To the Editor:
There was a thoughtful op-ed on philanthropy in the December 18 New York Times by Darren Walker, president of Ford Foundation. The Princeton community has long had a proud tradition of donating their time and money to support positive change. The important message that Mr. Walker shared, and I would like to echo, is directed to not only all individual donors, but to all foundations, and non-profit organizations with endowments, including colleges and universities: The good that you are doing with your donations is appreciated. Please continue to give and give as much as you can. BUT, the harm that you are presently doing with the investments that are generating the income to produce those donations hugely dwarfs the good. By investing in companies that encourage, support, and facilitate human rights violations, poverty wages, discrimination, environmental destruction, forced labor, and more, you are creating or exacerbating the problems you claim you would like to solve. (Yes, you are personally responsible for the damage done by the companies you own, no matter how small your stake.)
Choosing not to own stock in, or hold the debt of, such companies is one option. So is voting your proxy when another shareowner files a resolution to bring positive change to your company. But not voting, abstaining, or giving your proxy to your money manager or fund manager without ensuring that they will vote as you would is the same as actively voting to support management and continue the bad behavior you (I hope) deplore.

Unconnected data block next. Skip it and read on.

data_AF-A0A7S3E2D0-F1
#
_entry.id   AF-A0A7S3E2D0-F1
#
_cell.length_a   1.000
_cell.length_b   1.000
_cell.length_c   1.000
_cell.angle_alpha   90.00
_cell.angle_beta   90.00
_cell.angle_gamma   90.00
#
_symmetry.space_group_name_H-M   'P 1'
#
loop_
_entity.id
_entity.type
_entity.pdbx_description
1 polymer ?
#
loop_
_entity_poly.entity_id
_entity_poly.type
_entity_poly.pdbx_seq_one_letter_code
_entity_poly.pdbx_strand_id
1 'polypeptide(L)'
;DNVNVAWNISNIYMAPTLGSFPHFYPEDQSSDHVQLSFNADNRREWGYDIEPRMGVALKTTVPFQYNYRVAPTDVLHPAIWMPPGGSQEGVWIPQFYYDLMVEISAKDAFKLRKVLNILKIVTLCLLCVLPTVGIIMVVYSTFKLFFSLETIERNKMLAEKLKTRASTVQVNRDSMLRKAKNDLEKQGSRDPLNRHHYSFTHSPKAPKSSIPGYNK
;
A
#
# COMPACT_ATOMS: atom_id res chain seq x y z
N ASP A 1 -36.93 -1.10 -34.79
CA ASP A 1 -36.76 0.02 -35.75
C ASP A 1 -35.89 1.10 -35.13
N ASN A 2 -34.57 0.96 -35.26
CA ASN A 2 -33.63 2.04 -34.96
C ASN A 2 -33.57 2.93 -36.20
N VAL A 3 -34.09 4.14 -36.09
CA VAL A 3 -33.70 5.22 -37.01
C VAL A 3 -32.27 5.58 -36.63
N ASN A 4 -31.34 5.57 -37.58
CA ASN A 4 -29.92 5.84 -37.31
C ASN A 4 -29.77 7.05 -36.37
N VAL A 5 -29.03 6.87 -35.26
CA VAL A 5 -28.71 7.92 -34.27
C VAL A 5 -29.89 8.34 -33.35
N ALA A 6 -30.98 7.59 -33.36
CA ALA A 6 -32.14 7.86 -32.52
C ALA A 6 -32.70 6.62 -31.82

And if you believe, “Oh no. None of the companies I own could possibly be doing that,” it is not hard to check. Ask your financial advisor, wealth manager, etc. “what are the ESG (environmental, social and governance) ratings of the stocks/funds I own?” The answers will likely surprise you. For that matter, ask whether those managing and investing your money adhere to the United Nations Principles of Responsible Investment, and therefore even look at ESG ratings. (Too many do not. That would be the cause of the blank stare or misdirecting comment when you ask.)
Thankfully, companies that are paying better attention to these issues in their operations have lower costs of capital, lower turnover of employees, higher rates of productivity, and produce better long term returns. For investors concerned about the future, rather than just the next quarter, these are key facts.
Whether you are a $30 billion endowment, a community foundation, or a 401(k) owner writing a check to a local charity, if your goal is truly to make a difference, it may be time to make a difference in how you manage your money.